On the morning of Friday 6 September 2013, I left Toliara and travelled for six hours by 4×4 down sandy roads that took me to Andavadoaka, the site of Blue Venture’s work. The next day I wasted no time in immersing myself in learning about their approach to marine resource management. My work involved carrying out a field visit in partnership with one of the local BV techniciansto discuss several BV projects with the communities, including discussions with members of BV’s team on specific aspects such as social marketing, population health and environment (PHE) strategy, participatory environmental monitoring and support for local organisations. I had encountered some of their methods with Dahari, but others were completely new to me. For example, I had never learnt how to manage participatory environmental monitoring with the communities or how to put in place a plan of action with local organisations. There was also an integrated approach to the PHE strategy, which was among the most important ideas that I took away with me. This approach deals with three issues at once, and the great thing about it is that whenever two elements are working well, the third element is automatically dealt with too. It’s a 1+1=3 formula.
Mission accomplished with BV, I flew to Antananarivo and made contact with Durrell Madagascar. We had decided that Marolambo would be the ideal area for my training. There, Durrell works in partnership with Conservation International to protect the Nosivolo River, which is home to Madagascar’s most endangered native fish species, such as the songatana. I arrived on site after a three-day drive down muddy roads and made contact right away with the local organisations that work to protect the Nosivolo, with the aim of sharing their experiences of community management of natural resources.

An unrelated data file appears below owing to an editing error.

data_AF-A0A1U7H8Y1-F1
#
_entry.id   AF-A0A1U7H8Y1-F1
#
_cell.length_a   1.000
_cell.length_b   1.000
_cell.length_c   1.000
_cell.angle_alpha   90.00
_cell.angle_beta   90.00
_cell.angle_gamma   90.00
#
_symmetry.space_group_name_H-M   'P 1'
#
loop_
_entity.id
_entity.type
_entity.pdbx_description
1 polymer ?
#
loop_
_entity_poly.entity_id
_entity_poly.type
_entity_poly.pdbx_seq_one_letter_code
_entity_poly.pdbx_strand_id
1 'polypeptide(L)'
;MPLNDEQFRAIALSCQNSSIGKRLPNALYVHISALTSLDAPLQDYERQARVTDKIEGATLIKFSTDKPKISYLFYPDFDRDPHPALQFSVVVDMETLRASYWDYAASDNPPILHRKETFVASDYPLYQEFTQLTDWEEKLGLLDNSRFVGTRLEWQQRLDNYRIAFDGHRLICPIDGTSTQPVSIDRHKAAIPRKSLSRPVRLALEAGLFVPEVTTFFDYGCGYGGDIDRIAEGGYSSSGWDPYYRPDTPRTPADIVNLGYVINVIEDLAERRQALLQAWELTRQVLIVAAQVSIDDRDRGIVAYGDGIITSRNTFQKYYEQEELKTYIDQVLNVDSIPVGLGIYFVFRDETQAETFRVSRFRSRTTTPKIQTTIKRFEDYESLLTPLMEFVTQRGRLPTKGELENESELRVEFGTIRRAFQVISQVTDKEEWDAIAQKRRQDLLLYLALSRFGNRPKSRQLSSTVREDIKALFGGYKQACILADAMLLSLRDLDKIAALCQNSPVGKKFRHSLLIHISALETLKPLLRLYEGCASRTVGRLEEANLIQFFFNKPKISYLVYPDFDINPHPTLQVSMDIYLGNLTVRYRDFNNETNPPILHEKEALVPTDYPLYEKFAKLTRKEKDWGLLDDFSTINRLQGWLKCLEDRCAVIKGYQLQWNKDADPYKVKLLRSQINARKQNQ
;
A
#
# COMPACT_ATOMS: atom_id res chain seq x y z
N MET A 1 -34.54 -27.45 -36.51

The aim was for me to come to understand Durrell’s approach to the process of creating local organisations and the associated support required for strengthening local capacities. To that end, I visited four villages to meet communities and local organisations. Durrell has managed to bring together all the different influence groups in each village, which has meant that they’ve succeeded in putting together strong organisations. The NGO has also been able to group them together regionally in order to create synergies between the various stakeholders who work with natural resources. This approach has also benefited from the Malagasy people’s social cohesion and by the existence of ‘Dina’, a type of customary law ratified by the Malagasy government which has power equivalent to that of a regional decree. Dina means that social harmony can be safeguarded, and in some ways it is a modern form of justice for resource management and conservation. This simply means that the communities are one hundred per cent in control of their resources.
As a result, I’ve come to realise that we in the Comoros can draw inspiration from the experiences of Malagasy communities in reviving the local systems of social governance that were once administered by Comorian communities. Of course, those communities will require support throughout that process. They see the protection of their biodiversity as a global priority – it certainly is for their survival, since the irrational exploitation of resources has become an economic necessity.
On the whole, I am really satisfied with the two months that I spent with these two organisations. I learnt a lot, and I’m now finalising my report while continuing with the fellowship. I have now been in England for a couple of weeks, and I’ll be staying with a host family for six months. I’ll let you know very soon about my English experiences and all the skills that I’ll have acquired here. Until then!